Love Letters to the Dead by Ava Dellaira - Paperback, 323 pages - Published May 1st 2014 by Hot Key Books

Love Letters to the Dead by Ava Dellaira – Paperback, 323 pages – Published May 1st 2014 by Hot Key Books

I’ve seen a lot of mixed reviews on this book, so I honestly had no idea what to expect.

Laurel loved her sister. She wanted to be like her, she wanted to do everything with her. But she let her go, and now she’ll never see her beloved May again.

I was pleasantly surprised by how many subjects and issues Love Letters to the Dead addresses. As well as the obvious matter of the loss of a loved one, this book includes relationships and break-ups, homosexuality, abusive families, broken families, and a whole lot more.

Written as (you guessed it) letters to the deceased, we learn about Laurel’s life, current and past. She tells us of her problems with Sky, the things that happened before her sister died, her favourite memories of May, her mixed feelings for the mother who left her, and her struggle to fit in and be like May.

The way the story of Laurel and May’s past slowly comes out is through memories and confessions. You’re given little tasters of something, which leaves you waiting to find out more. One thing I wasn’t so sure about was how Laurel accused Kurt Cobain of being selfish for committing suicide. This is a very controversial and touchy topic, but her accusation really didn’t sit well with me. I suppose I’m taking it too seriously, but I know how much something like that can hurt someone. Suicide is not selfish.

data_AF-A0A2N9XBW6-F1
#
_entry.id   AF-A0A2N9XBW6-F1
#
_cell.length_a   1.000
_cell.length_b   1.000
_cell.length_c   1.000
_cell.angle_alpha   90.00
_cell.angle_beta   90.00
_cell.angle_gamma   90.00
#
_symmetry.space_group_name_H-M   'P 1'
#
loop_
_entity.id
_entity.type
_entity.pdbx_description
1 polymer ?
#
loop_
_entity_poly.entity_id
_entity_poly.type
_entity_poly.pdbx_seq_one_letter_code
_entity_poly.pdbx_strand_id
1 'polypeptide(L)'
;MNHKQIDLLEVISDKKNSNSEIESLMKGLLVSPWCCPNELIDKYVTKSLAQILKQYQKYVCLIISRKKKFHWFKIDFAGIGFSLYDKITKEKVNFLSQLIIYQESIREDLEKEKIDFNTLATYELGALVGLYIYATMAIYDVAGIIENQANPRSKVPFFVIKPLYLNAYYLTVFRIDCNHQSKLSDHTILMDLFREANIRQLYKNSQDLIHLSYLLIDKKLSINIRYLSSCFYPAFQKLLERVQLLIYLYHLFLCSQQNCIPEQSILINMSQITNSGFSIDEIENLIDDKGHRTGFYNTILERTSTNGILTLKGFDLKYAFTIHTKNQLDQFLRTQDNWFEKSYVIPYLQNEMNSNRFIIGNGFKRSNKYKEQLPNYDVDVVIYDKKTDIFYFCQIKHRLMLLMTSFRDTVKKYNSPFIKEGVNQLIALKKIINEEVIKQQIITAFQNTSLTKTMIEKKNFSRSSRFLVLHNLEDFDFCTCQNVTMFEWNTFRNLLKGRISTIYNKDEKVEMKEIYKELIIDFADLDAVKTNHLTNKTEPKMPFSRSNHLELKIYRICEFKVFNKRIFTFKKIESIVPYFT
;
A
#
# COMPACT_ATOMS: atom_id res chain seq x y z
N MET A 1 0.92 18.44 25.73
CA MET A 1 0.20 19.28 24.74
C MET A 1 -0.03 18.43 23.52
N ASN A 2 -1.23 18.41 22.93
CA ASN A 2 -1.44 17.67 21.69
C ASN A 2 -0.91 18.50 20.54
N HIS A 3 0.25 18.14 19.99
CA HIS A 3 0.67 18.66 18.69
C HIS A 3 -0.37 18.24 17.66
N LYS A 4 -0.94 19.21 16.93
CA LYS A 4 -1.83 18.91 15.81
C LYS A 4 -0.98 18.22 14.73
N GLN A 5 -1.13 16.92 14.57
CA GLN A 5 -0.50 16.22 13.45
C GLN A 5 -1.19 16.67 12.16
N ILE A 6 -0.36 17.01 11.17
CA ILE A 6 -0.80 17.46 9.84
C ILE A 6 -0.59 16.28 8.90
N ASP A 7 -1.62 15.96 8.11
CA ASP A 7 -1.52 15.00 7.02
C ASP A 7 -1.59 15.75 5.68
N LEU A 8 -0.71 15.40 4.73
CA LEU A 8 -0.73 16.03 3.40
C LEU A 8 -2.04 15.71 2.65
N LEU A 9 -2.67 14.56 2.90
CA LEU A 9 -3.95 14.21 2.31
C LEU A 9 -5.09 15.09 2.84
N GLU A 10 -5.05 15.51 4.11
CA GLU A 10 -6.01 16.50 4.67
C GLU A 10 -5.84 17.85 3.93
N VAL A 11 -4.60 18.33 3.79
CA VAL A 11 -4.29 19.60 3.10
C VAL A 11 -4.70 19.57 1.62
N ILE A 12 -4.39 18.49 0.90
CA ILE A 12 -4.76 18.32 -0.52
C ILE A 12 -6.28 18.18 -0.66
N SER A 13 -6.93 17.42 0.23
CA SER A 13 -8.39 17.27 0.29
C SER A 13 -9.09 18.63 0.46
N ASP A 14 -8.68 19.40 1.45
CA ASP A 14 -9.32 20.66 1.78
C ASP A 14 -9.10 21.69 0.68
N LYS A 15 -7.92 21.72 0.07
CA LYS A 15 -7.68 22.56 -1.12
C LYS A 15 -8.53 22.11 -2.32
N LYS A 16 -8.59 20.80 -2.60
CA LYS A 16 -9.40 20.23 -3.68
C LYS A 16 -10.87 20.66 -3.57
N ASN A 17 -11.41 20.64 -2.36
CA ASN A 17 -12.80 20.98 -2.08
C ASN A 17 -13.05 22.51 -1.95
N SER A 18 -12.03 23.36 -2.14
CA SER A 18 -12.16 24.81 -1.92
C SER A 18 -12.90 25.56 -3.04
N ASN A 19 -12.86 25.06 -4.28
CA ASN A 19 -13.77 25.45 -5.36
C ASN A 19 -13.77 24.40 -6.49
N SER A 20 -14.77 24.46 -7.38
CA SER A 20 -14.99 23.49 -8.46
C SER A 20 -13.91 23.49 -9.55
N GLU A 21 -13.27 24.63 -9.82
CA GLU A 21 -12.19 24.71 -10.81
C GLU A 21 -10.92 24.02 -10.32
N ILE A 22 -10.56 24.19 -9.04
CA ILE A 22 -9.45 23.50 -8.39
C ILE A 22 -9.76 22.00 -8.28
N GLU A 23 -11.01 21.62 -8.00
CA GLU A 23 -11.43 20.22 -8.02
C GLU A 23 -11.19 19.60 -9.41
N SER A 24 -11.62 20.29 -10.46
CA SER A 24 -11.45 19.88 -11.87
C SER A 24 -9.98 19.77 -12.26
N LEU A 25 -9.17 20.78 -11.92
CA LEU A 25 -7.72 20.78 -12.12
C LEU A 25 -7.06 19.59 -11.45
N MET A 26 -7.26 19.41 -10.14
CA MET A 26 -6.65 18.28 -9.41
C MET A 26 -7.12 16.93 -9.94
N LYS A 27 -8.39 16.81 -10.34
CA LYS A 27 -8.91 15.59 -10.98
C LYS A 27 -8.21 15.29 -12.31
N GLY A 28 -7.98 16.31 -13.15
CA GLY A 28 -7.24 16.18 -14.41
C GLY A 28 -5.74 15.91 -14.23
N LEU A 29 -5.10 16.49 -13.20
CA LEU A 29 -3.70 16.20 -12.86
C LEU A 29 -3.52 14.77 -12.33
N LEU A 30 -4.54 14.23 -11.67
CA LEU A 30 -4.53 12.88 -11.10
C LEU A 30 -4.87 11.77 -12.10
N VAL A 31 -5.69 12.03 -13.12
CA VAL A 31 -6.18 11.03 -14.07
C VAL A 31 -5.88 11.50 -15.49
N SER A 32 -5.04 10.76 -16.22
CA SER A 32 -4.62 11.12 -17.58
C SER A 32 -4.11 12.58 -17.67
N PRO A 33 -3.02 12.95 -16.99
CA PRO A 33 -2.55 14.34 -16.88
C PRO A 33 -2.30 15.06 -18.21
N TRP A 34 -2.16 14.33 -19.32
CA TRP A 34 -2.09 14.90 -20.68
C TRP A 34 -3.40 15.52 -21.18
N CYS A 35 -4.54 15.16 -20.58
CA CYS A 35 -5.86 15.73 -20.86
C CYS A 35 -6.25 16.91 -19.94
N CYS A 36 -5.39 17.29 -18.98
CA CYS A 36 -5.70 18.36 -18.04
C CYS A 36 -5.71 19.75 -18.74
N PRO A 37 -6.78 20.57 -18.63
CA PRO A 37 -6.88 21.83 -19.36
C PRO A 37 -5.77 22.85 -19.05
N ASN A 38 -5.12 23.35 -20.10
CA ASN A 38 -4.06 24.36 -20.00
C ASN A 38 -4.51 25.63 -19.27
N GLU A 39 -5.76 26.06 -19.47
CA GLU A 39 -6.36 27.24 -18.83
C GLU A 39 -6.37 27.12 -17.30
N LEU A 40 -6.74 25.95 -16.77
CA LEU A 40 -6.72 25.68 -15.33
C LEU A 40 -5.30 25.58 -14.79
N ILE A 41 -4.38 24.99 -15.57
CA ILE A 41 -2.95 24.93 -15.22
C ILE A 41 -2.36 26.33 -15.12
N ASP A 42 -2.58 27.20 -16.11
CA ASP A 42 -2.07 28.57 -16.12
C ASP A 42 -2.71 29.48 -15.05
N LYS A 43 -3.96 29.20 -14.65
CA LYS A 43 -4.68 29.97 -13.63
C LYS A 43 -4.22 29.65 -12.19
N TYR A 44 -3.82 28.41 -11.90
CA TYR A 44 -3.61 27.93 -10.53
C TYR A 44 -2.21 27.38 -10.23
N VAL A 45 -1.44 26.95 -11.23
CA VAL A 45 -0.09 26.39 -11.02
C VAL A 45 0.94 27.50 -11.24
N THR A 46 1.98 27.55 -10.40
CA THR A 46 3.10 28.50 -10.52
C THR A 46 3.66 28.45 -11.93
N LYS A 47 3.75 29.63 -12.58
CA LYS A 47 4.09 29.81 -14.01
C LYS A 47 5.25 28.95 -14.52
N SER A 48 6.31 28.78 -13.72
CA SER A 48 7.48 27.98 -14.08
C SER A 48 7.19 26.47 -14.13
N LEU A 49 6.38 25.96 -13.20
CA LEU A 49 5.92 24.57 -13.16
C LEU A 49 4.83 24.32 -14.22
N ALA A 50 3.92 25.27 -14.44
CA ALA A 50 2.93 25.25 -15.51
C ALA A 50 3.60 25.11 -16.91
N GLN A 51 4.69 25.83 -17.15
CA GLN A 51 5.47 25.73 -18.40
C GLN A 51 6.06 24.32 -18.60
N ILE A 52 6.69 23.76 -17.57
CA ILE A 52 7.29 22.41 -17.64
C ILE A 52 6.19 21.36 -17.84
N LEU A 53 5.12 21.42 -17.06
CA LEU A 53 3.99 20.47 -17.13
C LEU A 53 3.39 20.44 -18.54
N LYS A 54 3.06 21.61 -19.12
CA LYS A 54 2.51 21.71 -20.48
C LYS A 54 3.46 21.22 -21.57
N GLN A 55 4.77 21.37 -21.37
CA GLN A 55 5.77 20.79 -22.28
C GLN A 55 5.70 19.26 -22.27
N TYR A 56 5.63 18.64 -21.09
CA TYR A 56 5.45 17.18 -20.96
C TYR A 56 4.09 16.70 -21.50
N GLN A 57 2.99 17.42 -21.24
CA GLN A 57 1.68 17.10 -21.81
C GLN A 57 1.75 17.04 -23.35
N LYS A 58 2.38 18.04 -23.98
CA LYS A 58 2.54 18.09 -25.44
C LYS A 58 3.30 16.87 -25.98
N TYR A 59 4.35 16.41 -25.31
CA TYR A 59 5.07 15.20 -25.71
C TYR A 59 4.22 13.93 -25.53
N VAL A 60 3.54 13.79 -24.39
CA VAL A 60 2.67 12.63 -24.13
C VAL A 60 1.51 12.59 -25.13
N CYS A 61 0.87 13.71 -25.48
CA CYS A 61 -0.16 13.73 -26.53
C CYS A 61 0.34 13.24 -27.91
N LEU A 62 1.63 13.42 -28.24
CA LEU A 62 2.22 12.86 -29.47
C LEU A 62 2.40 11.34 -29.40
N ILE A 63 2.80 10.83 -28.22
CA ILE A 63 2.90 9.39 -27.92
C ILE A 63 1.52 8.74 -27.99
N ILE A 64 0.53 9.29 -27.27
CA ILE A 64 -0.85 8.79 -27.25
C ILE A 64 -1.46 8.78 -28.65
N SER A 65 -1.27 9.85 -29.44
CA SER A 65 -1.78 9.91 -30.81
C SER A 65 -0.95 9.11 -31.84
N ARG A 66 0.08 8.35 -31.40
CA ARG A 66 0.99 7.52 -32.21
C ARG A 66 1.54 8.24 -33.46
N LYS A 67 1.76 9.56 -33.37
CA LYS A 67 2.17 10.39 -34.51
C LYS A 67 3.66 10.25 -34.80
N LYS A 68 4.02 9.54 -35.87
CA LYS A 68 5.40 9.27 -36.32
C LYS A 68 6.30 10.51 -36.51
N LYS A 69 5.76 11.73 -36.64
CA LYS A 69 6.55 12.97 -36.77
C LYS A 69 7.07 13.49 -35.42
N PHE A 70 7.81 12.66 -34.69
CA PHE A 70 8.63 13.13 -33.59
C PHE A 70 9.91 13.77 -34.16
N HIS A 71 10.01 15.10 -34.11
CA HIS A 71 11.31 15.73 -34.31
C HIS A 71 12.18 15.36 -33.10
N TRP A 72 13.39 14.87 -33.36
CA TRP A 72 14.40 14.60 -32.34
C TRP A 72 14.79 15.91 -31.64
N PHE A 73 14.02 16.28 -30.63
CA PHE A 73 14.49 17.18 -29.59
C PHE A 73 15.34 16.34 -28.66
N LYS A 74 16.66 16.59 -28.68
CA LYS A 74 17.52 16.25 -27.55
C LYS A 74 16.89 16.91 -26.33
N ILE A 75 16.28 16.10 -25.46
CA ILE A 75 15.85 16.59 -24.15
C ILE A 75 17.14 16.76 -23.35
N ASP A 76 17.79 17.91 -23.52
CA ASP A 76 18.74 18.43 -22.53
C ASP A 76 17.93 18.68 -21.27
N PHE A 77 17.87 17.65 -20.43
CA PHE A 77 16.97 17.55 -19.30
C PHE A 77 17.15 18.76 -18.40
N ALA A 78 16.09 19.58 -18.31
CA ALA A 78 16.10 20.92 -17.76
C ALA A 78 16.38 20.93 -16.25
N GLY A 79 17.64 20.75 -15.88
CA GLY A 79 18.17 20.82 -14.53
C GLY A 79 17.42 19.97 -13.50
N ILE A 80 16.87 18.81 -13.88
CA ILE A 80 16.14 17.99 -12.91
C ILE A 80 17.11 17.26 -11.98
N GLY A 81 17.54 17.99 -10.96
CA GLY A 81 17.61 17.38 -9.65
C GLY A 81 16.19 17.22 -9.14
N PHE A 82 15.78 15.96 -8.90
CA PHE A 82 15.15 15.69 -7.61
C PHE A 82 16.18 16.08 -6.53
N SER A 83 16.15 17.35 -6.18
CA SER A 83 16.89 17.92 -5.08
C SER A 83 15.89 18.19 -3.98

The writing style is relatively simple, and definitely reminds me of a teenage-girl’s diary. It’s especially un-letter-like when Laurel tells each person about themselves… I mean, I get that the book needs to have references included for the readers, but you wouldn’t write a letter to someone about their own childhood.

At first, I really wasn’t sure about this book. I was really looking forward to it, and the idea of a book made up of letters is really great. It was only around a 3 for me for a while, but I think it managed to work it’s way up to 4 stars in the end.

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Book Review: We Were Liars

We Were Liars by E. Lockhart - Paperback, 227 pages - Published May 13th 2014 by Hot Key Books

We Were Liars by E. Lockhart – Paperback, 227 pages – Published May 13th 2014 by Hot Key Books

I honestly had no idea what to expect with this book. Even part-way through, I wasn’t sure. But as the end drew nearer, I began to fall in love with the heartbreak and tragedy within the pages.

It tells the story of the Liars: Cadence, Gat, Johnny and Mirren. Mirren, Gat, Johnny and Cadence.

The Beautiful Sinclair Family spend their summers on Beechwood Island every year. But the aunties are fighting over Granny Tipper’s possessions after she passes away, and the family is being torn apart. The Liars want their idyll back; they’ll do anything to fix the family.

This is a love story, and it is a tragedy. Cadence begins to remember the horrific events of summer fifteen, when she was involved in a terrible accident. Her memory comes back in pieces, and she has to fit the pieces together like a jigsaw. When the final picture is complete, I was so shocked – it made too much sense, yet no sense at all.

The writing style is simple and to the point, but also full of wonderful metaphors. There are extracts of a fairytale variation every now and then, which I personally think was a very nice touch. It’s rather unique in the way it’s written, but in a good way. It has several phrases that are repeated throughout the story, or developed upon, which works nicely in this book.

Also, there are a few visual aids for the story; a may of the island and a family tree of the Sinclair family. While that could be seen as childish, I appreciate the diagrams as they help to keep track of the characters, though I did get a little lost and confused at times still.

Map of Beechwood Island

Map of Beechwood Island

Overall, I think We Were Liars deserves 4 stars out of 5. It’s different, unexpected, and full of emotion. I wasn’t sure about it at first, but it really grew on me as I read.